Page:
Simply stated, 4-in-40 will provide development rights for those landowners who would like to exercise them until the 2008 Comp Plan is completed and the future of the Rural Developing District can be discussed as part of the overall community vision. There is nothing more to it than that.
As I know you plan on being in involved in 2008 Comp Plan, I don't need to stress to you the importance of that process and the significance of the document.
I would like to comment on your criticism on our notice given out to landowners in the Rural Developing District. I am sorry that you believe that we are trying to hide what we are doing. We are, in fact, using several avenues of communications to the public. We have met the statutory requirement of publishing the notice of public hearing at least 10 days prior to the hearing in our official newspaper, the Anoka Union. That is all we are required to do with this particular ordinance. But we did not stop there with the notice. We have sent notices to all property owners within the Rural Development District (several thousand) regarding the proposed changes. (This is what you apparently are referring to as the "notice"). We have put information on the City website's home page. We will put information in the upcoming Ramsey Resident received by every household. Although it will arrive at people's residences about the same time as the public hearing held by the Planning Commission, it will inform people of the changes being proposed and will allow them to contact the City Councilors if they so choose. The timing of the mailing is coincidental with the holidays and not purposeful. Since you have taken the time to read the notice and contact us, I am confident that others will.
Eric, thanks for your questions and Amy will respond to your questions once she is back in the office.
My recollection is that variance from a strict 2-1/2 acre requirement being applied might have been given in approving the Trapper's Ridge plat, but a check of the plat itself would be needed to postively confirm or disprove that impression. I recall attending one untelevised summer council work session where Pat Trudgeon accompanied Greg Bauer for discussions with counsel re Trapper's Ridge prior to the proposal going to the Planning Commission and before the cluster-and-ghost-plat requirements were imposed. For time frame, it was while Pattiann Kurak was on council, but I do not recall the exact date.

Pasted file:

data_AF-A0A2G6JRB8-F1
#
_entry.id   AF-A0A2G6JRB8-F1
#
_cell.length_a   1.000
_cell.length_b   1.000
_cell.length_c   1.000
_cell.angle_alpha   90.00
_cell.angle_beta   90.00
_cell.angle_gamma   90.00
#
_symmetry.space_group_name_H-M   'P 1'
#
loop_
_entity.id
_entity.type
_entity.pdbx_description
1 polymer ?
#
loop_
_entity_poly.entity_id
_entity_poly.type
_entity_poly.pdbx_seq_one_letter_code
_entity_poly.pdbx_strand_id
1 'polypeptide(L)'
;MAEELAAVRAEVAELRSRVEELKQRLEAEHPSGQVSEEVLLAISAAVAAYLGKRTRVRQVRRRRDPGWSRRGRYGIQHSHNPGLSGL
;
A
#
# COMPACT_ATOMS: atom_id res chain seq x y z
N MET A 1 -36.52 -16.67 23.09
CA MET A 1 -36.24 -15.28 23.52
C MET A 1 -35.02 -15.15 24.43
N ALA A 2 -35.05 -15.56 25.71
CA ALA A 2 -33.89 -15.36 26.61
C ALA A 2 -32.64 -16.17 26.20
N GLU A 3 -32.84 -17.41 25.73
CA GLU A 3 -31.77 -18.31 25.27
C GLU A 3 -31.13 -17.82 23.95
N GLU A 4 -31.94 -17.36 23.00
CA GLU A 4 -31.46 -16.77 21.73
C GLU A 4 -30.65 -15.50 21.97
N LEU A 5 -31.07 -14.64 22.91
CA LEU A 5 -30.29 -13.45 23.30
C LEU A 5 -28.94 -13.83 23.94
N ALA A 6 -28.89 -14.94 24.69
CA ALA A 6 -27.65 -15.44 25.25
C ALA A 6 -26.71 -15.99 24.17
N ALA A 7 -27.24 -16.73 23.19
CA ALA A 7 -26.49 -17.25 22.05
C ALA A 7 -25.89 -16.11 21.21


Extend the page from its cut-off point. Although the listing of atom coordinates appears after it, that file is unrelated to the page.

I have been told a few houses were done 2-1/2 acre on the west side of Ramsey Blvd, north of Alpine and south of the drainage ditch easement (i.e., south of the sewer trunk line serving the gun club), but that's hearsay. There may be others, which Pat Trudgeon and/or Amy Geisler can discuss at the Jan. 4 meeting as part of background briefing.
I do not know what path and greenway buffer rights were reserved by the city in the course of permitting the cornfield to be developed to urban density on the west side of Nowthen kitty-corner across from the Peterson home.
If 4-in-40 is instituted, vs. reverting to the 2-1/2 acre standard that applied before the cluster - ghost platting effort came about (i.e., the 2-1/2 acre situation that Tiger Meadows and Trapper's Ridge took advantage of while in effect), that might have an indirect effect on property owners when greenway easements and other positive preservation efforts are instituted.
Due process of law requires a fair price in negotiation or condemnation, whether for a right-of-way, a parcel, or some greenway easement; and if the reversion to a prior status quo is to 4-in-40 rather than to 2-1/2 acre lots, litigation could result if a landowner feels a less than optimal price is offered and that the situation was manipulated to cheapen easement rights prior to taking them. Pat Trudgeon is correct in saying people differ on what's best, but with the public data act going to all City documents even City email trails should be publicly reviewable (even without discovery applying in a litigation situation, where disclosure is quasi-public, depending upon what from discovery ends up offered as evidence in court files).